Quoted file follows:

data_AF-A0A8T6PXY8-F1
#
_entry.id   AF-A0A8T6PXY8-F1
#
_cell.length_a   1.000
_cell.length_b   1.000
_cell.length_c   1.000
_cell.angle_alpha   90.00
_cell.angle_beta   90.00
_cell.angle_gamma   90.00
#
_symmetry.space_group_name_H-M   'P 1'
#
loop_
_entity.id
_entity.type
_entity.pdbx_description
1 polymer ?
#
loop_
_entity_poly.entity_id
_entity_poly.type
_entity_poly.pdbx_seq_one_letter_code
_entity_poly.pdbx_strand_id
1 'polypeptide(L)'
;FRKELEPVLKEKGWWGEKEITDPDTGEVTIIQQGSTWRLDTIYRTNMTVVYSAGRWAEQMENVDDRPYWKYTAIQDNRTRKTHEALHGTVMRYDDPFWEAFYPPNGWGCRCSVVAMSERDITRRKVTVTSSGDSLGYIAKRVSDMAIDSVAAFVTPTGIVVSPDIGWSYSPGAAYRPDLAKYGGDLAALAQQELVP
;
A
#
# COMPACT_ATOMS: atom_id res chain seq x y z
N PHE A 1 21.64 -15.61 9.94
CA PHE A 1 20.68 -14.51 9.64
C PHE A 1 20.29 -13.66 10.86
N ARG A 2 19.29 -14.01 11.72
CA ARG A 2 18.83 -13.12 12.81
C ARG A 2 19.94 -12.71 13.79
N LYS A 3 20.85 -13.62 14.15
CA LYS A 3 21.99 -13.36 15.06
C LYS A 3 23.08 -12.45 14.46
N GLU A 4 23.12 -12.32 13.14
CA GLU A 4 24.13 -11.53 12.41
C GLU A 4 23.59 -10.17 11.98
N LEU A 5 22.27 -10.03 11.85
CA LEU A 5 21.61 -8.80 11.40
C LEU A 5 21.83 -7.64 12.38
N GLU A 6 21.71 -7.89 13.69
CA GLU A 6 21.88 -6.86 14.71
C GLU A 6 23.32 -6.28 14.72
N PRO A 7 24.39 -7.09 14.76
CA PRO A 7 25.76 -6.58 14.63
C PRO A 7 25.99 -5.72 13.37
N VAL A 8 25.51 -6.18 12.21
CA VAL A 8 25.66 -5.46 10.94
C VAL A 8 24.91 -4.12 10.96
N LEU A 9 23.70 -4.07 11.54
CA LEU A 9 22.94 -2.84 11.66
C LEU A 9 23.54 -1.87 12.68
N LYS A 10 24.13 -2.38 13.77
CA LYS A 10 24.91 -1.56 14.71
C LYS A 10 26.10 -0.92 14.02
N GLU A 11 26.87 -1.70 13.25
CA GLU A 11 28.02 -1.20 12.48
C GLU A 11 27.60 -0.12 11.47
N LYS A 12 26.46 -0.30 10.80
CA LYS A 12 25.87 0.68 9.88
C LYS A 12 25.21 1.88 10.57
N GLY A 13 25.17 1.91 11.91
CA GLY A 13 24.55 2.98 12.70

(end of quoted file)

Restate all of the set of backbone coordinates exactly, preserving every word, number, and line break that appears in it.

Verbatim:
data_AF-A0A8T6PXY8-F1
#
_entry.id   AF-A0A8T6PXY8-F1
#
_cell.length_a   1.000
_cell.length_b   1.000
_cell.length_c   1.000
_cell.angle_alpha   90.00
_cell.angle_beta   90.00
_cell.angle_gamma   90.00
#
_symmetry.space_group_name_H-M   'P 1'
#
loop_
_entity.id
_entity.type
_entity.pdbx_description
1 polymer ?
#
loop_
_entity_poly.entity_id
_entity_poly.type
_entity_poly.pdbx_seq_one_letter_code
_entity_poly.pdbx_strand_id
1 'polypeptide(L)'
;FRKELEPVLKEKGWWGEKEITDPDTGEVTIIQQGSTWRLDTIYRTNMTVVYSAGRWAEQMENVDDRPYWKYTAIQDNRTRKTHEALHGTVMRYDDPFWEAFYPPNGWGCRCSVVAMSERDITRRKVTVTSSGDSLGYIAKRVSDMAIDSVAAFVTPTGIVVSPDIGWSYSPGAAYRPDLAKYGGDLAALAQQELVP
;
A
#
# COMPACT_ATOMS: atom_id res chain seq x y z
N PHE A 1 21.64 -15.61 9.94
CA PHE A 1 20.68 -14.51 9.64
C PHE A 1 20.29 -13.66 10.86
N ARG A 2 19.29 -14.01 11.72
CA ARG A 2 18.83 -13.12 12.81
C ARG A 2 19.94 -12.71 13.79
N LYS A 3 20.85 -13.62 14.15
CA LYS A 3 21.99 -13.36 15.06
C LYS A 3 23.08 -12.45 14.46
N GLU A 4 23.12 -12.32 13.14
CA GLU A 4 24.13 -11.53 12.41
C GLU A 4 23.59 -10.17 11.98
N LEU A 5 22.27 -10.03 11.85
CA LEU A 5 21.61 -8.80 11.40
C LEU A 5 21.83 -7.64 12.38
N GLU A 6 21.71 -7.89 13.69
CA GLU A 6 21.88 -6.86 14.71
C GLU A 6 23.32 -6.28 14.72
N PRO A 7 24.39 -7.09 14.76
CA PRO A 7 25.76 -6.58 14.63
C PRO A 7 25.99 -5.72 13.37
N VAL A 8 25.51 -6.18 12.21
CA VAL A 8 25.66 -5.46 10.94
C VAL A 8 24.91 -4.12 10.96
N LEU A 9 23.70 -4.07 11.54
CA LEU A 9 22.94 -2.84 11.66
C LEU A 9 23.54 -1.87 12.68
N LYS A 10 24.13 -2.38 13.77
CA LYS A 10 24.91 -1.56 14.71
C LYS A 10 26.10 -0.92 14.02
N GLU A 11 26.87 -1.70 13.25
CA GLU A 11 28.02 -1.20 12.48
C GLU A 11 27.60 -0.12 11.47
N LYS A 12 26.46 -0.30 10.80
CA LYS A 12 25.87 0.68 9.88
C LYS A 12 25.21 1.88 10.57
N GLY A 13 25.17 1.91 11.91
CA GLY A 13 24.55 2.98 12.70